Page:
The impact of denture wear in edentulous subjects while performing routine spirometric measurements has never been systematically investigated. We compared the values of FVC, FEV1, PEFR, FEF50%, FIV1, and FIF50% recorded with and without dentures in three groups of edentulous subjects: 36 asymptomatic subjects with normal spirometry (N), 22 patients with chronic obstructive pulmonary disease (COPD), and 18 with interstitial lung disease (ILD). In 14 subjects retropharyngeal space with and without dentures was assessed by cephalometry. Subjects with N and ILD had significantly lower airflow rates without dentures, whereas subjects with COPD had no significant difference in spirometric values recorded with or without dentures. The retropharyngeal space was significantly decreased by removing dentures (from 1.52 ± 0.07 to 1.16 ± 0.09 cm, SEM, p < 0.0001). These findings indicate that in edentulous subjects with a normal or restrictive pattern, the recording of flow–volume curves with or without dentures produces small but significant differences. Although such differences do not appear to have clinical significance, the fact that when dentures are used some respiratory flows are higher would favor the use of dentures in edentulous subjects during spirometric evaluation.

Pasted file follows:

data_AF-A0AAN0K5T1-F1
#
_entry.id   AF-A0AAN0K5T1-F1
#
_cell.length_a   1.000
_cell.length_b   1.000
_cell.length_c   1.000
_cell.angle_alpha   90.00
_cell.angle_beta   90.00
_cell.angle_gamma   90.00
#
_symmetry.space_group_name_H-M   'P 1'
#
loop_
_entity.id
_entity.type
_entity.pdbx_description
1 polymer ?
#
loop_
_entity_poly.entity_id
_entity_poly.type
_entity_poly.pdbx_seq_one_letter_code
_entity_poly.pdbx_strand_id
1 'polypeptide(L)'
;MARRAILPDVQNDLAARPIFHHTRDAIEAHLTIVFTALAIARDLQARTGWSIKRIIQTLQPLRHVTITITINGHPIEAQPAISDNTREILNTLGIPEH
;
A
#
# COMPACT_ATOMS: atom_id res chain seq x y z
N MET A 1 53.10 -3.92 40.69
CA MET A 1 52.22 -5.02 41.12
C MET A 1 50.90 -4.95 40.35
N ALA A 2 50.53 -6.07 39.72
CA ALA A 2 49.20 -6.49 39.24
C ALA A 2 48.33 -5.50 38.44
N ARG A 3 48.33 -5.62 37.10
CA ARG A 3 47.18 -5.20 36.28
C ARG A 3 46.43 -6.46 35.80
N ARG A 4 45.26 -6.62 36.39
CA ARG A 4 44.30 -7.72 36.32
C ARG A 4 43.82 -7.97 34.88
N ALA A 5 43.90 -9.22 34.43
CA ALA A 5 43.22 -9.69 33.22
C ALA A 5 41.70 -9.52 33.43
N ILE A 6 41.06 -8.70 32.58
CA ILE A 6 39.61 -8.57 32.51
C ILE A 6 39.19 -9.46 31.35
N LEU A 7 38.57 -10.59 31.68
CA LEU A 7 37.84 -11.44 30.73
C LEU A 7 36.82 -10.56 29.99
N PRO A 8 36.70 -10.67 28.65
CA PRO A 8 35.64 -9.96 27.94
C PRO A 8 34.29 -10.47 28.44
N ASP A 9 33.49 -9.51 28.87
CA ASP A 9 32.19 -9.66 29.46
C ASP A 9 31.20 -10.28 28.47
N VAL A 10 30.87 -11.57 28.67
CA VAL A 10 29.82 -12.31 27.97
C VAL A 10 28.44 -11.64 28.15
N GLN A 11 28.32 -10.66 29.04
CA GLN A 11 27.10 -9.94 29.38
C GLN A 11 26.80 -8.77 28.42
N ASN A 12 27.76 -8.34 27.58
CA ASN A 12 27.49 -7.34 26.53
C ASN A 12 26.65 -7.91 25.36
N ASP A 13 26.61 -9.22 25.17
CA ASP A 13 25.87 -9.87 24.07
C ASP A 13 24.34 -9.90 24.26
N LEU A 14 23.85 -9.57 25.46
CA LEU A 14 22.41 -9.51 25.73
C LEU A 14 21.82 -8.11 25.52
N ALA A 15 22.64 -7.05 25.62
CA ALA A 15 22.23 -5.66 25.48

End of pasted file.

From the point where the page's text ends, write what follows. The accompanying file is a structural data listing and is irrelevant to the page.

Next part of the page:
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|Titolo:||Effect of edentulism on spirometric tests|
|Data di pubblicazione:||2001|
|Appare nelle tipologie:||01.01 - Articolo su rivista|